Published in Editorials

Product Testing for Security Tools Must Change or Things Will Go From Bad To Worse

by on24 April 2017 1055 times

If you have been paying attention to the technical news lately you might have noticed more than a few articles pointing fingers back and forth between the AntiMalware company Cylance and the… well the industry. The argument (if you have not already read about it) goes something like this; the big AV/AM companies are accusing Cylance of stacking the deck in their favor when they demo their product against the competition. Cylance, for their part, claims that they provide a realistic test in comparison to what is usually done when it comes to AV/AM testing. Both sides have their points and it calls into question something that exists in all levels of the technical press and testing bodies; real world vs scripted testing.

When I founded DecryptedTech it was with the intention of finding a better and more realistic way to represent hardware and software to the consumer. I had noticed, after many years of testing, that the industry was more than happy to run a few scripted benchmarks, give an award and publish “results” with little to know actual analysis on what anything really meant. It was maddening to see this happen time and time again from sites that are well known and considered to be experts on the topic.

The issue does not stop at motherboards and CPUs though. It exists in all verticals of the technical market. Gaming reviews are another area where the distributor has massive sway on what (and when) information is released. If a sites does not play along with those requirements, well they get cut off (We know this from actual experience). All vendors are exercising more and more control over what can and cannot be said in a review. They are more than happy to cut off a site for publishing information (factual or not) that does not fall in line with what they want. This control by the industry actually hurts the consumer in a very significant way by allowing inaccurate (or incomplete) information to be released about a product.

In the security industry the issue is even more impactful. By using scripted or canned tests a developer can plan for these tests and ensure a good score. This means that a potential buyer might make a choice that leaves them unprotected and vulnerable to attack. Although it is important to make sure known threats are protected against, security products must be able to defend against more than yesterday’s threats. The idea that simple signature and hash checks can protect an environment is no longer one that we can tolerate in our security tools.

Threat actors can be lazy, but even when they are lazy they are creative. I have observed threat actors mutate even common tools like PSExec to get around hash blocking in a target environment. The tool is the same one they wanted to use, but the hash has been changed so that it does not pop on the threat list. I have also watched a live monitor of a compromised C2 server where the malware used was mutated multiple times a day to ensure that it was not being caught. This same system was also rekeying the encryption used to transmit control data as often as twice a day. They are doing this to get around your typical consumer grade AV/AM software and it is also working against corporate AV/AM software as well.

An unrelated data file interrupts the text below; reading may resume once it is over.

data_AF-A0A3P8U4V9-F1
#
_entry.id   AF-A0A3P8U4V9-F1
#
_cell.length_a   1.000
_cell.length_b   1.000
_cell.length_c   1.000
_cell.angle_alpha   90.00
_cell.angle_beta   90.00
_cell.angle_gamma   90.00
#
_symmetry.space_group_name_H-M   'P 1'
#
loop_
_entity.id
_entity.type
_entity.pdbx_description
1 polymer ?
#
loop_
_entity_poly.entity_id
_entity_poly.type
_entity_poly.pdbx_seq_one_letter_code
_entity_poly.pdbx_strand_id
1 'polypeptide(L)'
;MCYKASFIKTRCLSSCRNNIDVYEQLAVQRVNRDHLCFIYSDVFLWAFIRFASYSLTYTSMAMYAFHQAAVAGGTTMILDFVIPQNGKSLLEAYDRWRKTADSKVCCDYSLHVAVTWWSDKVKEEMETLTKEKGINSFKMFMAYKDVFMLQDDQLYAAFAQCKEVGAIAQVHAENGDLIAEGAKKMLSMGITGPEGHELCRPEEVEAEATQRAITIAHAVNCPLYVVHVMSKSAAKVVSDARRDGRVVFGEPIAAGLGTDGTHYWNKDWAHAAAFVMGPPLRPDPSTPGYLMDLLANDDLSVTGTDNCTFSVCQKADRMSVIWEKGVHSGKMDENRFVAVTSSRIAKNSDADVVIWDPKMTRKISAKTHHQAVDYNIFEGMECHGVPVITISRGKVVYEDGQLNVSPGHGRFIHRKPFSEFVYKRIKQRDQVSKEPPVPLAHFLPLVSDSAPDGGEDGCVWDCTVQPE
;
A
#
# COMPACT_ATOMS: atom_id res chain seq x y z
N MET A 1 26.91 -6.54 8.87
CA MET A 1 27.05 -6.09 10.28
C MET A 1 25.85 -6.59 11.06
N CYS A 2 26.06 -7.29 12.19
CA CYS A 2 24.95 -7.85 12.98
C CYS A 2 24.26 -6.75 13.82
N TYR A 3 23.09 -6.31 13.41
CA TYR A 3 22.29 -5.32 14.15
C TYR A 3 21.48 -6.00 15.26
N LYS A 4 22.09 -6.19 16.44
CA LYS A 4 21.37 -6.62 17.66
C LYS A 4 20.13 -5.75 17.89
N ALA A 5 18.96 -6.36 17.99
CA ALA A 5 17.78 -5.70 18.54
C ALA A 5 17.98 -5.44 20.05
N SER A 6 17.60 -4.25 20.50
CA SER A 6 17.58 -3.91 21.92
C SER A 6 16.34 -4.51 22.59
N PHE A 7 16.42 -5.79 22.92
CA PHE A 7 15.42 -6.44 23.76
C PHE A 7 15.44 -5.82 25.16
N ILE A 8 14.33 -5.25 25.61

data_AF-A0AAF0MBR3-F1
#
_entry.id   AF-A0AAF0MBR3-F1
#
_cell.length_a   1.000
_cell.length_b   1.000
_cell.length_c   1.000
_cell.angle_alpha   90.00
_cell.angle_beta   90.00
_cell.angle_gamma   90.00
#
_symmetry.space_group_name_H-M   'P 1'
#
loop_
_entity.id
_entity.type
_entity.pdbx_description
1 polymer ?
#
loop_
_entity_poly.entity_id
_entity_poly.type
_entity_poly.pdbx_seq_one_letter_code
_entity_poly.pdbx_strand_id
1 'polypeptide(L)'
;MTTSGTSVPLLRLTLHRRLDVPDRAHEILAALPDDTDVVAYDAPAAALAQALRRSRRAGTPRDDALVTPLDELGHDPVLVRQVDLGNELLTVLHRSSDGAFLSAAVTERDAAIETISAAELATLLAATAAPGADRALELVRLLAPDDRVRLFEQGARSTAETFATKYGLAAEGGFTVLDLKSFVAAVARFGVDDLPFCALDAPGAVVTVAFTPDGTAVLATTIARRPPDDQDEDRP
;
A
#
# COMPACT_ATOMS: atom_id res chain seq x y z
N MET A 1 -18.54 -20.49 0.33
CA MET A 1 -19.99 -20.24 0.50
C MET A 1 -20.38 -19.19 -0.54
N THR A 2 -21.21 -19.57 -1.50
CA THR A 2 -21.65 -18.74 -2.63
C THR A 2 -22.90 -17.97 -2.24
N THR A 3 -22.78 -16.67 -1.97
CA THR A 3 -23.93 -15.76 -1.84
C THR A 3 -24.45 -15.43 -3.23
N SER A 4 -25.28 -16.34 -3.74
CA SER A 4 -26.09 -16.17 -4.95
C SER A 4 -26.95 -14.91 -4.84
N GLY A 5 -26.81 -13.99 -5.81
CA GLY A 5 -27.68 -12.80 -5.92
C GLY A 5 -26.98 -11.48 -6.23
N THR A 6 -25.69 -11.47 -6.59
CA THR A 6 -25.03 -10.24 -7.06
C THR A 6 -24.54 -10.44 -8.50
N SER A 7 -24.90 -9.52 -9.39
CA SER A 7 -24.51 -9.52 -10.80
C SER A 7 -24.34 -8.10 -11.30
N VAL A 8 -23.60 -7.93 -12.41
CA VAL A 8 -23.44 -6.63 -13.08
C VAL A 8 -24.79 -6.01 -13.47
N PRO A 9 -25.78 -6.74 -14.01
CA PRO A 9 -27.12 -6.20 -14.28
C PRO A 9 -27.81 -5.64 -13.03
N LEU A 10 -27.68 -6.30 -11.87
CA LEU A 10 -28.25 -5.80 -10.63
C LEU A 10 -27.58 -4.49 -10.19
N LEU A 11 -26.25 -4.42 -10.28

The next generation of AV/AM software has to be smarter than what we have today. It must not only be able to recognize malware from a list, but also when normal software or tools are being abused or used in a manner they should not be. This is not an easy task, but it is a necessary one. The next generation of attacker has a very solid understanding of how anti-malware and even process/application control solutions work and can get around those limitations surprisingly quickly. The use of custom malware combined with normal debugging and network tools is becoming more and more common so the old signatures are out the window as area most heuristic systems. This also means that scripted testing based on “known” bad samples and heavy handed actions are also out of the window. Using them paints an incomplete and inaccurate picture of what a solution can do and gives the consumer a false sense of security. It also enables solution developers to continue doing the same thing without changing anything. As long as they keep cashing checks (thanks in part of inaccurate testing) there is no reason to do anything different or new. If the testing changes to expose the inherent weaknesses of their products, the money will slow down and the industry will finally make the changes needed.

Of course this change needs to take place across the entire industry and not just security, but it would be great if it changed for security tools sooner rather than later. After all buying a crappy motherboard based on an inaccurate review is not going to result in the loss of 1 million Credit Cards, buy a bad AV/AM solution could.

Last modified on 24 April 2017
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